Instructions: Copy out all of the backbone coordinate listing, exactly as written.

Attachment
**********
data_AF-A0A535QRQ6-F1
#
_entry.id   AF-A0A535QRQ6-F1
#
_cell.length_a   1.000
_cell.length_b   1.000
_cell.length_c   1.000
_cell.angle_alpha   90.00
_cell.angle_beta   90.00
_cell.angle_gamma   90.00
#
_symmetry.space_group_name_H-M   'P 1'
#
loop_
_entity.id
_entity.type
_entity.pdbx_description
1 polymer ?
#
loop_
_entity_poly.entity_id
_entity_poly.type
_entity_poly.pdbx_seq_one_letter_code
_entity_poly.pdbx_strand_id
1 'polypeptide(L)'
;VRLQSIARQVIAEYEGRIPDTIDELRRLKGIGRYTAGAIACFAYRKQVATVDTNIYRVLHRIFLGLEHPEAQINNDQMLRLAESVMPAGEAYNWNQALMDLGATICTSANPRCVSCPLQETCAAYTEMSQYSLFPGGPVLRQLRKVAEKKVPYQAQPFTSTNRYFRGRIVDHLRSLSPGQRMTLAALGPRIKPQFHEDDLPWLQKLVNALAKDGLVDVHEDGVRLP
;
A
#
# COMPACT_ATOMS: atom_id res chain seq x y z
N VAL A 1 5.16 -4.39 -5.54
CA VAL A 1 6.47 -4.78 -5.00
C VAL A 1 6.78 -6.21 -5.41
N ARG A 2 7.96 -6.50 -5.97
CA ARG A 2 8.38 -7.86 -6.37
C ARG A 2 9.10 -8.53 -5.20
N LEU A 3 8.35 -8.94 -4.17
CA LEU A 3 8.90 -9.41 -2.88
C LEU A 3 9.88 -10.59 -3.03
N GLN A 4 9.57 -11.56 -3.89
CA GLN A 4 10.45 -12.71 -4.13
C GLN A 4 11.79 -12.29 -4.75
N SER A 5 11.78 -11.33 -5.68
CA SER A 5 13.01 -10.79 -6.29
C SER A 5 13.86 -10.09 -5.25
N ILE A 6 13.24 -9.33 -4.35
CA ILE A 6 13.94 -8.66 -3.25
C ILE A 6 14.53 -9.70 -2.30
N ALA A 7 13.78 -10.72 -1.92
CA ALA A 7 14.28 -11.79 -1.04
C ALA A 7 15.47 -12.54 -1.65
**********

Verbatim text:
data_AF-A0A535QRQ6-F1
#
_entry.id   AF-A0A535QRQ6-F1
#
_cell.length_a   1.000
_cell.length_b   1.000
_cell.length_c   1.000
_cell.angle_alpha   90.00
_cell.angle_beta   90.00
_cell.angle_gamma   90.00
#
_symmetry.space_group_name_H-M   'P 1'
#
loop_
_entity.id
_entity.type
_entity.pdbx_description
1 polymer ?
#
loop_
_entity_poly.entity_id
_entity_poly.type
_entity_poly.pdbx_seq_one_letter_code
_entity_poly.pdbx_strand_id
1 'polypeptide(L)'
;VRLQSIARQVIAEYEGRIPDTIDELRRLKGIGRYTAGAIACFAYRKQVATVDTNIYRVLHRIFLGLEHPEAQINNDQMLRLAESVMPAGEAYNWNQALMDLGATICTSANPRCVSCPLQETCAAYTEMSQYSLFPGGPVLRQLRKVAEKKVPYQAQPFTSTNRYFRGRIVDHLRSLSPGQRMTLAALGPRIKPQFHEDDLPWLQKLVNALAKDGLVDVHEDGVRLP
;
A
#
# COMPACT_ATOMS: atom_id res chain seq x y z
N VAL A 1 5.16 -4.39 -5.54
CA VAL A 1 6.47 -4.78 -5.00
C VAL A 1 6.78 -6.21 -5.41
N ARG A 2 7.96 -6.50 -5.97
CA ARG A 2 8.38 -7.86 -6.37
C ARG A 2 9.10 -8.53 -5.20
N LEU A 3 8.35 -8.94 -4.17
CA LEU A 3 8.90 -9.41 -2.88
C LEU A 3 9.88 -10.59 -3.03
N GLN A 4 9.57 -11.56 -3.89
CA GLN A 4 10.45 -12.71 -4.13
C GLN A 4 11.79 -12.29 -4.75
N SER A 5 11.78 -11.33 -5.68
CA SER A 5 13.01 -10.79 -6.29
C SER A 5 13.86 -10.09 -5.25
N ILE A 6 13.24 -9.33 -4.35
CA ILE A 6 13.94 -8.66 -3.25
C ILE A 6 14.53 -9.70 -2.30
N ALA A 7 13.78 -10.72 -1.92
CA ALA A 7 14.28 -11.79 -1.04
C ALA A 7 15.47 -12.54 -1.65